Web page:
Labels are dangerous on journeys of self-discovery. I was always “the smart kid.” I took that label and ran with it, all the way to the third year of a PhD program in atmospheric science. This was no longer child’s play; the ivory tower of academia was the epitome of everything I thought I was supposed to be as “the smart kid.”
The summer after my second year in graduate school, I took and passed my qualifying exams. My roommate’s brother also died suddenly at 27. And my own mother broke her ankle rather gruesomely while I was visiting for Mother’s Day. I started binge eating. I was using food to suppress all these emotions that welled up about life, death, and purpose while I continued to code away on my computer in a laboratory.
It was a while before I realized that I needed help. When I finally saw a therapist, I received three diagnoses: obsessive-compulsive disorder (OCD), chronic depression, and binge eating disorder. The following semester, I failed both my classes. With F’s. I had no motivation to get out of bed, much less work on my research or study for upper-level engineering courses. I was seeing two therapists, a psychiatrist, a general physician, and I was attending group OCD therapy. My focus that year should have been entirely on my mental health. But I was so hung up on what I was supposed to be doing that I let everything in my life slip, from my relationships, to my work, to my self-care.
After nearly a year in therapy, I had an awakening. The heavy blanket of depression was lightening just enough for me to peak out at the world from beneath it. I saw my future as an academic, toiling away in adjunct positions, hoping to hop on the tenure track and toil away some more until retirement, during which I would continue to toil.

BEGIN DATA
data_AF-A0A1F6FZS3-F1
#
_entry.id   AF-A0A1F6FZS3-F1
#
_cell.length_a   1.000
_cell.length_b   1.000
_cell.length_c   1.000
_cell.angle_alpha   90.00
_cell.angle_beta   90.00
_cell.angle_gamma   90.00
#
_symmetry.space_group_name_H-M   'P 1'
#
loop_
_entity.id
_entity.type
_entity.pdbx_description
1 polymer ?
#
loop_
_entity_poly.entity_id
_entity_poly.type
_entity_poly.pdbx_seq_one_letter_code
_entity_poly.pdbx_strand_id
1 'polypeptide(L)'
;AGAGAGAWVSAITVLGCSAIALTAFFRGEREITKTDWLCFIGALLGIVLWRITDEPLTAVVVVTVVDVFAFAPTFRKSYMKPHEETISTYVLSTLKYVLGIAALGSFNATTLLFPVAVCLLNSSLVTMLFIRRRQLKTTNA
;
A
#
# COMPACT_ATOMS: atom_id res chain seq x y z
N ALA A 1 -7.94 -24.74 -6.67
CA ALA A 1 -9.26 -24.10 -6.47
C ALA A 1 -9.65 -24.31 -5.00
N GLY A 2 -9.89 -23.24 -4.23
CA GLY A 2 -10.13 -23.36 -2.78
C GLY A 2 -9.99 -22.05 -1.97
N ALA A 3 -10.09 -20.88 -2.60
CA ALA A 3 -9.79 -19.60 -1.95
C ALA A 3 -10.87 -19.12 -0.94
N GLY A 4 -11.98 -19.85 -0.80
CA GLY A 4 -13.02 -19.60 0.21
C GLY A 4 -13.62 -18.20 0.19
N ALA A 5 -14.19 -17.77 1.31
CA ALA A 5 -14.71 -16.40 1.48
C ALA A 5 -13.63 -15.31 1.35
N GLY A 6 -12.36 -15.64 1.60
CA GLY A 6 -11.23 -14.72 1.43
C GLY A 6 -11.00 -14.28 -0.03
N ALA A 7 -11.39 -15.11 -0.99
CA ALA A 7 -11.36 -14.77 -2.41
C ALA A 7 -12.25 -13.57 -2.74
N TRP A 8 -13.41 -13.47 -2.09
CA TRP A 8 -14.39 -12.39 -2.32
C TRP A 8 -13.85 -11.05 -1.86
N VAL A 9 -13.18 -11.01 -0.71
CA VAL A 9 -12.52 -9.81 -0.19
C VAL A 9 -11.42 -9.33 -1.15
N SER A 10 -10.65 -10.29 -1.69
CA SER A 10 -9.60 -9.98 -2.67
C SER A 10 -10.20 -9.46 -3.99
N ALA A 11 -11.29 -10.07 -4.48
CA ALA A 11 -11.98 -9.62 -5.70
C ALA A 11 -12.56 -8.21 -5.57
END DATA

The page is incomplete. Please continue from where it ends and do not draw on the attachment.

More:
I cried, which I was doing a lot at that time, and I called my long distance boyfriend. I said “I don’t know what I want to do anymore, but I know it’s not this.” He said, quite emphatically, “Then quit!” The next morning, I told my advisor that I needed a break. He nodded, knowing about my health issues, and said, “So like…a week or so?” I laughed, because this was the academia I knew. The academia I wanted to leave behind. The academia that thought anxiety disorders could be taken care of with a week’s vacation. “No…,” I replied, “indefinitely.”
He was taken aback, and so were my colleagues. After all, I was “the smart kid.” Why would I leave all that behind for my mental health? I left it behind to take care of myself. I left it behind to be with and marry that long-distance boyfriend. I left it behind to rediscover my identity, which had for so long been buried under years of others’ expectations of me, “the smart kid.” I’m still “the smart kid,” but that’s no longer all that I am. Yes, I am a scientist. But I am also a creative, a writer, a speaker, a teacher, a storyteller, a wife, a cat mother, and a coach. I also discovered that I’m an agnostic theist, a vegetarian, and an empath. Those things didn’t fit the narrative I was living previously. Now? I create the narrative.